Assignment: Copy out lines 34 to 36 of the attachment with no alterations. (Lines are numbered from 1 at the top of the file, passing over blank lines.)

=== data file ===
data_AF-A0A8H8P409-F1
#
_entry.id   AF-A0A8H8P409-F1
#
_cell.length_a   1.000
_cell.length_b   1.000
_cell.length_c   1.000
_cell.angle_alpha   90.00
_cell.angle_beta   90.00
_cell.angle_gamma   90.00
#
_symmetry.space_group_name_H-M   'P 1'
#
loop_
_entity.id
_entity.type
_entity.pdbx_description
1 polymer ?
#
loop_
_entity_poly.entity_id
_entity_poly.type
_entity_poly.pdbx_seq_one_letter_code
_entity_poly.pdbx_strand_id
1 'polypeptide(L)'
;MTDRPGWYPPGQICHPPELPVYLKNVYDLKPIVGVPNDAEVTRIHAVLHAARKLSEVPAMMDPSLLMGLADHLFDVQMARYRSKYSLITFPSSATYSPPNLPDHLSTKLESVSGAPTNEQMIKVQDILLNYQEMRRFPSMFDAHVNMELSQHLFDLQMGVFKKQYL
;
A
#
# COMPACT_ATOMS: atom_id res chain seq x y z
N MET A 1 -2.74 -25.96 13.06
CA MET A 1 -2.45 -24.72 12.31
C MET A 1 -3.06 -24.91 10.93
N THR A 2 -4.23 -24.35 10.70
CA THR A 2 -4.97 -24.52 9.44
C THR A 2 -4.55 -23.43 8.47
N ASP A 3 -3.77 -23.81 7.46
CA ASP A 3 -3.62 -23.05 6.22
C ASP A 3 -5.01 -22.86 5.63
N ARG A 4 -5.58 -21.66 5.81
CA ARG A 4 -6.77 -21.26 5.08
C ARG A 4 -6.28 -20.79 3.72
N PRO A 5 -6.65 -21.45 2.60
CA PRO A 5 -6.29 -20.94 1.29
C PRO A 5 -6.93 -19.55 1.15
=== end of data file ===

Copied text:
N THR A 2 -4.23 -24.35 10.70
CA THR A 2 -4.97 -24.52 9.44
C THR A 2 -4.55 -23.43 8.47